Favela : Four decades of living on the edge in Rio de Janeiro
, squat, bidonville, favela, migrant, sociologie urbaine, emploi, Rio de Janeiro, Brazil, Brésil, Perlman Janice
A billion people, almost half of all city dwellers in the developing world, live in squatter settlements. The most famous of these settlements are the favelas of Rio de Janeiro, which have existed for over a century and continue to outpace the rest of the city in growth.
Abstract from the publisher :
Janice Perlman's award-winning The Myth of Marginality was the first in-depth account of life in the favelas, and it is considered one of the most important books in global urban studies in the last 40 years. Now, in Favela , Perlman carries that story forward to the present. Re-interviewing many longtime favela residents whom she had first met in 1969--as well as their children and grandchildren--Perlman offers the only long-term perspective available on the favela families as they struggle for a better life. Perlman discovers that much has changed in four decades, but while educational levels have risen, democracy has replaced dictatorship, and material conditions have improved, many residents feel more marginalized than ever. The greatest change is the explosion of drug and arms trade and the high incidence of fatal violence that has resulted. Almost one in five people report that a member of their family has been a victim of homicide. Yet the highest priority for the residents is jobs. Above all they want a chance to do decent work for decent pay. If unemployment and under-employment are not addressed, Perlman argues, all other efforts - from housing to public security to community upgrading - will fail to resolve the fundamental issues.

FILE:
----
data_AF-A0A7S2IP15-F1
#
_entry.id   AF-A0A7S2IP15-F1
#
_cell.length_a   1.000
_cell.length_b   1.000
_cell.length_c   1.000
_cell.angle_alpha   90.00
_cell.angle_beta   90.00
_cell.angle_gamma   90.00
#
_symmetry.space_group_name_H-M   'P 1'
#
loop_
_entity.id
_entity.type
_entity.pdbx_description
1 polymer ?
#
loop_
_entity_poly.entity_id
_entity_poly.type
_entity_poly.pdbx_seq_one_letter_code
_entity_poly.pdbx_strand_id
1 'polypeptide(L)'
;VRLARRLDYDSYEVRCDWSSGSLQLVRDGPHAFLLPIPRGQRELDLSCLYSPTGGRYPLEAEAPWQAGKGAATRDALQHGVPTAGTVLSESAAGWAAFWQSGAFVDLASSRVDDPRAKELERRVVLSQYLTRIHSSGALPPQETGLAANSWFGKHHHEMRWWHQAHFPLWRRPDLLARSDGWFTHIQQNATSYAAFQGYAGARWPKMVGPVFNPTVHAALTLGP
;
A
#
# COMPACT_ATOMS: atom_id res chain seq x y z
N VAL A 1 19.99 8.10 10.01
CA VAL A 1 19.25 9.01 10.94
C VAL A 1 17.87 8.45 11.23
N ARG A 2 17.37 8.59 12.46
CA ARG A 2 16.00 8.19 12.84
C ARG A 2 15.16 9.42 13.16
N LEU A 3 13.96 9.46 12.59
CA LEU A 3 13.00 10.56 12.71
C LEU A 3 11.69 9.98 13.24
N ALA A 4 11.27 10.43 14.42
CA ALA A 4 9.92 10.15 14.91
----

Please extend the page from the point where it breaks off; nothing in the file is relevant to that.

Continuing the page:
A revealing study of the giant squatter settlements of Rio de Janeiro and of the vibrant communities of migrants who have risked everything to come to the city to provide more opportunities for their children, Favela offers a powerful look at one of the great challenges facing the modern world.